Temporary Beach House
When we are all twenty, we go to a beach house for a portion of our spring break. The boy whose family owns it is an old friend, but he’s too strange to be a close friend. He is a repository of sub-Reddits, character bits, and ever-fluctuating dosages of Ritalin. His name is Tenor because his mom was super into music when she had him, but he prefers to go by just T, so we oblige.
The beach house is two stories with two decks and spaced far enough away from the neighbors that our bass-heavy music is only a muffled hum to them. As soon as we arrive, we scramble through the house to pick our beds. We pull crystalline wine glasses from the cabinets and fill them to the brim with chardonnay from a bag. We set up red plastic cups outside to play drinking games in the elusive Pacific Northwest sun, and we binge-drink and get high and take risks because we are all twenty and we still think we are immortal.
This beach house is on the Washington coast, so when we venture over the single sandy dune to get to the water, we wear our coats. We are fresh from doing shots of whiskey at noon on this day, so when we wade calf-deep into the ice-cold ocean, we only giggle at the tingle. Half the photos we take are out of focus, but we don’t realize this until a day later. We are too busy burning chicken in the oven and smoking weed on the back porch and pretending this will last forever.
The same day we go to the beach, Tenor takes some acid and does cartwheels on the sand. He says he’s never had so much fun here in his entire life. When we return to the house, we are greeted by a fridge stocked full of candy-colored Jell-O shots and ten-dollar vodka handles. We fling these Jell-O shots across the room like mini Frisbees, and soon we all have stained tongues.
There is no Jacuzzi here so a group of us cram into the master bathtub and turn the jets to full blast. The weirdness of the situation is half its fun, and we pass around a bottle of cheap champagne to acknowledge that fact. The bubbles inspire us to go back outside, and we play ‘80s music while bouncing ping-pong balls at red cups. We can see the encroaching clouds of a storm coming so there will be no sunset this night—we light sparklers in its absence.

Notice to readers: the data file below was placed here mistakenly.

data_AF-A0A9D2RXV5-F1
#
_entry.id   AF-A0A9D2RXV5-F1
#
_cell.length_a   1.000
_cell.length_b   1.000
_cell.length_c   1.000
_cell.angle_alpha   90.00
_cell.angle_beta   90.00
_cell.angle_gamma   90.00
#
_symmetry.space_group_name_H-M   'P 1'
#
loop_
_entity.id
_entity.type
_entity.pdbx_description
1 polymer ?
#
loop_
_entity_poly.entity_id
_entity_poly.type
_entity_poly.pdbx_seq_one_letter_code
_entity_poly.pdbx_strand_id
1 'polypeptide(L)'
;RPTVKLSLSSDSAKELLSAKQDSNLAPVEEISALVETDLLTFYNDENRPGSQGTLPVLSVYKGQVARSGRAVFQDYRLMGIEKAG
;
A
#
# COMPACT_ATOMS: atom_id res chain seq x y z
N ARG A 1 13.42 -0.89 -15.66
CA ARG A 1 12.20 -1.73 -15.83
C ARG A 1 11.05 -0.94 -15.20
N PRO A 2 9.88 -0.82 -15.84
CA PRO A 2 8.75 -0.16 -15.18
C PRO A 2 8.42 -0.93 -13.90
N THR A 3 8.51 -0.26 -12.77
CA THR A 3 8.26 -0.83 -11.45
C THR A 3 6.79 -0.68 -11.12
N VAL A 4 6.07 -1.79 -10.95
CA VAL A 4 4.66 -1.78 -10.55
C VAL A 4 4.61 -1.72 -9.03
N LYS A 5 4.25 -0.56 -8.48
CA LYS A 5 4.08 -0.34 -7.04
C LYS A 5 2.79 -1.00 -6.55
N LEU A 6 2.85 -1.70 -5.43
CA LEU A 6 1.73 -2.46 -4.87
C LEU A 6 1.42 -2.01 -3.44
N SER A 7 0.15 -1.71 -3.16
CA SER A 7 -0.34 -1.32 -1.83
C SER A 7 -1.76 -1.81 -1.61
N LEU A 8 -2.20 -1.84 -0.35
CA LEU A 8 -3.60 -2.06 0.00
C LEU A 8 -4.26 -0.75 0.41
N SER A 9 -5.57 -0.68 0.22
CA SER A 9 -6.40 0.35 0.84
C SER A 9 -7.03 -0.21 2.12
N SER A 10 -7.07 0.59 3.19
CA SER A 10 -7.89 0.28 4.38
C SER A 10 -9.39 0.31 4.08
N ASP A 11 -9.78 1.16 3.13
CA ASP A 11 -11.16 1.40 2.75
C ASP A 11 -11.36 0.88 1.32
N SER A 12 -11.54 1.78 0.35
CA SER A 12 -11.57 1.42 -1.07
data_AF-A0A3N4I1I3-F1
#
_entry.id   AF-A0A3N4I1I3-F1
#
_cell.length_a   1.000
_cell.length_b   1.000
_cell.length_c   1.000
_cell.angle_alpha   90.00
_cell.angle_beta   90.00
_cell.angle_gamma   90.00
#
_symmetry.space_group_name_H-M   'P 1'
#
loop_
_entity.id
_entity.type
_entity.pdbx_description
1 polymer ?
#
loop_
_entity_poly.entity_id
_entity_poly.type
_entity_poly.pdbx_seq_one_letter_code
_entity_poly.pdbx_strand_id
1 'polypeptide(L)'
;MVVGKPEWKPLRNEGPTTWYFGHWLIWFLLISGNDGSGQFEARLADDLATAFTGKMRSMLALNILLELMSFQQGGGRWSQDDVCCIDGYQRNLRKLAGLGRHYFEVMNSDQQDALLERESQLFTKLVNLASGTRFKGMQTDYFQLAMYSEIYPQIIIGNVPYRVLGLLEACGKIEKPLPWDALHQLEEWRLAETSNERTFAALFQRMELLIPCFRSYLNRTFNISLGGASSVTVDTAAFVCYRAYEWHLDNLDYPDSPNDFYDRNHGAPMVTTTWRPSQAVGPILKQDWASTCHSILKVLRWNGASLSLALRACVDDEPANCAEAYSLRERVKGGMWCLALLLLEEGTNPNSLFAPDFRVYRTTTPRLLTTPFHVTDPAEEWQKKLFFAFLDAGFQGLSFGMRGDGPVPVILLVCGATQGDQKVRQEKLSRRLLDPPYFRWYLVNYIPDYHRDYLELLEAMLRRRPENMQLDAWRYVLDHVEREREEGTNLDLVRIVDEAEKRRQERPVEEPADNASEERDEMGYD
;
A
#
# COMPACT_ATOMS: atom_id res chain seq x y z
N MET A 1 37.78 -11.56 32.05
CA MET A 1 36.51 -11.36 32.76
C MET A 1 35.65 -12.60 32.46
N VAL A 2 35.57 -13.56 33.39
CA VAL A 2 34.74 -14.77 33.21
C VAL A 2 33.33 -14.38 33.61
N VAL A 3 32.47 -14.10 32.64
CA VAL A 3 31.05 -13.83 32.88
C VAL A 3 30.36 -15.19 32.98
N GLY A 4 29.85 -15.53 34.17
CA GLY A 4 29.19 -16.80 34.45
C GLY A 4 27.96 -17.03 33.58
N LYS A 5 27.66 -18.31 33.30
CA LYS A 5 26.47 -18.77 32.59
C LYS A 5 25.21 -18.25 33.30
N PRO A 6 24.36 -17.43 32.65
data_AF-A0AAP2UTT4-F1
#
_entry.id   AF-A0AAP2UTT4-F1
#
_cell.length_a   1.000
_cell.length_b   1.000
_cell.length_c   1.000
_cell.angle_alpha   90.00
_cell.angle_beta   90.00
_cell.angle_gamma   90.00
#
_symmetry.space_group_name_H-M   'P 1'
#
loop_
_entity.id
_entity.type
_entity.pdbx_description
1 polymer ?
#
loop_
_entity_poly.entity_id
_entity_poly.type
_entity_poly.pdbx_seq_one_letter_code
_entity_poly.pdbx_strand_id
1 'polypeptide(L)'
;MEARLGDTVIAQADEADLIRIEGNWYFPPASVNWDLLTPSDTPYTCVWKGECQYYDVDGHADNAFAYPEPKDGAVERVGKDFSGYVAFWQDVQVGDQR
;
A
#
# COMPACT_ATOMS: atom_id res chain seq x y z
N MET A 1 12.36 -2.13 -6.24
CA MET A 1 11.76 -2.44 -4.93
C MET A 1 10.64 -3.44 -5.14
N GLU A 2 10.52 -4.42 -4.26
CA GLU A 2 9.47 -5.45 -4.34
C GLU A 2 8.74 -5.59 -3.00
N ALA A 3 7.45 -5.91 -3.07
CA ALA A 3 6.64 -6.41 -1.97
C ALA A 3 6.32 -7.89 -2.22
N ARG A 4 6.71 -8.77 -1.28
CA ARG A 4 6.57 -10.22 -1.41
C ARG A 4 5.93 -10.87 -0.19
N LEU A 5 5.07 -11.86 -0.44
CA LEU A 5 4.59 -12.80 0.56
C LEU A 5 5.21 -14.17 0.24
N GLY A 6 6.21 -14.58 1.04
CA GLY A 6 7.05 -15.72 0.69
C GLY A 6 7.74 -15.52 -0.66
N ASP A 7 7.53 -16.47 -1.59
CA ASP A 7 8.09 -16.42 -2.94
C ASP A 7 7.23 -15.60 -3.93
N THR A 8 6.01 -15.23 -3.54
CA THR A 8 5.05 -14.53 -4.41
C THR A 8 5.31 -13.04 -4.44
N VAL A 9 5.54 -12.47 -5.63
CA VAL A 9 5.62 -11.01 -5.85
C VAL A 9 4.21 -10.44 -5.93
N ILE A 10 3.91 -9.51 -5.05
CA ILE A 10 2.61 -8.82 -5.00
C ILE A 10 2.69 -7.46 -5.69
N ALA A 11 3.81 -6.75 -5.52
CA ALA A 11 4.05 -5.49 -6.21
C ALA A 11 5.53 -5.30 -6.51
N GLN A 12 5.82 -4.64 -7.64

On our final day at this beach house, the storm traps us inside all day. Washington rears its ugly head and reminds us that we are in a land of relentless rain. The morning is gray until Tenor finds the last bottle of cheap champagne wrapped in a towel he thought he’d left at home. We make mimosas to kill our hangovers and shake our grogginess with bacon and eggs.
The storm outside howls in a way that is unforgiving, but we accept its apology anyway. Instead of going to the back porch, we crack a window to smoke weed. We finish off the rest of the Jell-O shots. I watch the red cups on the deck spiral and dance in the wind, but I don’t say anything. We still dance and drink and laugh, but we are all coming to the confrontation that things must come to an end.
When we are all twenty, we go to a beach house and forget that it’s all temporary. We play pretend and ignore the inevitable. We wake up with sandy toes and messy hair and trick ourselves into thinking this feeling can last forever. We don’t know it yet, but the time at the beach house is an elaborate ritual for goodbye.
Two months later, I will leave the Pacific Northwest and return to California. I will only ever see two friends from the beach house again. Tenor is not one of them. I will talk with these friends on the phone and we will meet on warmer beaches where the storms are never as relentless and unforgiving. We will hear through the grapevine that one person from the beach house will develop a prescription pill addiction and another will drop out of school and a third will delete all online activity in a “social media cleanse.” Tenor will train to be a child psychologist for the state and when he posts a photo of the beach house trip two years later, we will all like the picture but not leave a comment.
We are no longer twenty, we know what it means to be temporary. We learn from hindsight. We now recognize the elaborate rituals of saying goodbye. We hope they will never find us, but understand when they come.
Harrison Pyros is an Economics and English student at UC Santa Barbara in California. He writes satire, social commentary, and fiction about life up and down the west coast. His previous work has appeared in the Santa Clara Review, The Roadrunner Review, and Writers magazine. He can be found at harrisonpyros.com.